Last updated: April 27. 2014 12:35PM - 733 Views
By - hmeade@civitasmedia.com



Photo courtesy of the American Red CrossA Red Cross worker leads a class of elementary students in practicing a tornado drill. Darke County elementary students will soon be part of a new training program to teach them how to cope in an emergency situation, and how to practice and share tornado safety skills.
Photo courtesy of the American Red CrossA Red Cross worker leads a class of elementary students in practicing a tornado drill. Darke County elementary students will soon be part of a new training program to teach them how to cope in an emergency situation, and how to practice and share tornado safety skills.
Story Tools:

Font Size:

Social Media:

DARKE COUNTY – Tornadoes can happen any time, but the greatest number typically occur in April, May and June. When a tornado occurs, families will want to be prepared, said Lynne Gump, executive director of the American Red Cross – Darke County Chapter.


“Preparedness starts today,” Gump said. “Teach your family what to do during a tornado, and then practice that with family tornado drills. People don’t typically do tornado drills outside of school or work…The most important thing is to have a plan and practice your plan.”


Mindy Saylor, director of the Darke County Emergency Management Agency, said families should have a safe meeting place picked out, and should always have a back-up plan in case an emergency should occur.


“We encourage everyone to practice their drills,” Saylor stated. “Knowing where your safe place will be prior to an event is vital. Knowing if you do live in a structure that isn’t sound [such as a mobile home], that you need to have a back-up plan – go to a family member’s house, or a public building – whatever the case may be, just have a back-up plan. And talk to your children, make sure they understand, especially children old enough to be home alone.”


Every household should also have multiple methods of receiving warning, Saylor said, including a NOAA Weather Radio, which is less than $40 and programmable to specific counties; a cell phone that receives notifications, such as the apps available from the American Red Cross; television; and radio.


“Studies have found that people need to receive the information three times before they take action,” Saylor said, which is why it’s so important to have multiple methods of receiving notification, she added.


Gump also suggested making preparedness kits, which according to Ready.gov, should include enough food, water and other supplies to last each person three days.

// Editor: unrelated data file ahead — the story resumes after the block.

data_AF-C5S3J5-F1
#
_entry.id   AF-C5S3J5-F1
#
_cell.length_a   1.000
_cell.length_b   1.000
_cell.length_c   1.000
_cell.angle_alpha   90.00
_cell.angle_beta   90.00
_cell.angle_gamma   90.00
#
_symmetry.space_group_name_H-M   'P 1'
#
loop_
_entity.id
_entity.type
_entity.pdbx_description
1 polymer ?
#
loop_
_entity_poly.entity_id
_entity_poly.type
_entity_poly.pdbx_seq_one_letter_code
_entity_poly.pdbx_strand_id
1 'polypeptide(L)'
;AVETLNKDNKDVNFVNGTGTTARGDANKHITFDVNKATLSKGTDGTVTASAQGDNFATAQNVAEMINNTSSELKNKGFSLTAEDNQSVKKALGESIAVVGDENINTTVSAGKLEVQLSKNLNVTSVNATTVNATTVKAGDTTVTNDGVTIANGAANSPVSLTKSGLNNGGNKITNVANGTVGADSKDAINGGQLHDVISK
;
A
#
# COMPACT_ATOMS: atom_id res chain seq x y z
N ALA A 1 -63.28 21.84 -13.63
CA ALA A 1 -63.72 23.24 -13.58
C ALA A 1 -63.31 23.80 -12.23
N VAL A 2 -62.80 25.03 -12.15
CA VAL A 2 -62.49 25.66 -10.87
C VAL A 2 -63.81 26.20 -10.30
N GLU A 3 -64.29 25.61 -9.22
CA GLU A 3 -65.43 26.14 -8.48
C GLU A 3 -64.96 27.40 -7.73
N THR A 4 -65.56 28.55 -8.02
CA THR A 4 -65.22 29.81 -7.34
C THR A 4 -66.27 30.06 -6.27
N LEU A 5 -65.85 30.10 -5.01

The American Red Cross suggests that during any storm people should be listening to the local news or their NOAA Weather Radio to stay informed; households should also have a safe place to gather during the threat of a tornado.


It’s also important to note the difference between a tornado watch and a tornado warning. A tornado watch is issued when tornadoes are possible “in and near the watch area.” Tornado warnings mean that a tornado has been sighted or weather radar shows signs of a tornado; tornado warnings “indicate imminent danger to life and property.” In case of a tornado warning, area residents should immediately seek shelter in a basement, storm cellar or interior room such as a closet, hallway or bathroom.


Other tips from the American Red Cross include knowing the community’s warning system; preparing for high winds by removing diseased and damaged limbs from trees; move or secure outdoor furniture and other loose items that could be picked up by the wind, becoming a projectile during high-speed winds.


During storms, watch for the signs of a tornado, which according to the American Red Cross include dark, often green-colored clouds (a phenomena caused by hail); wall cloud; cloud of debris; large hail; funnel clouds; and a roaring noise.


Those who are outdoors, or in an non-secure structure, should immediately seek shelter. Those who cannot quickly walk to a shelter should drive, safely and buckled up, to the nearest shelter; if debris begins flying while driving, the driver should pull over and park, but stay in the car with their seat belt on, head down below the windows and cover their heads, or, if the occupants of the car can safely get “noticeably lower” than the level of the roadway in the ditch, they may choose to do that.


To learn more about tornado safety and preparedness, visit www.RedCross.org, or call the American Red Cross – Darke County Chapter, at 937-548-1002.

Comments
comments powered by Disqus


Featured Businesses


Poll



Mortgage Minute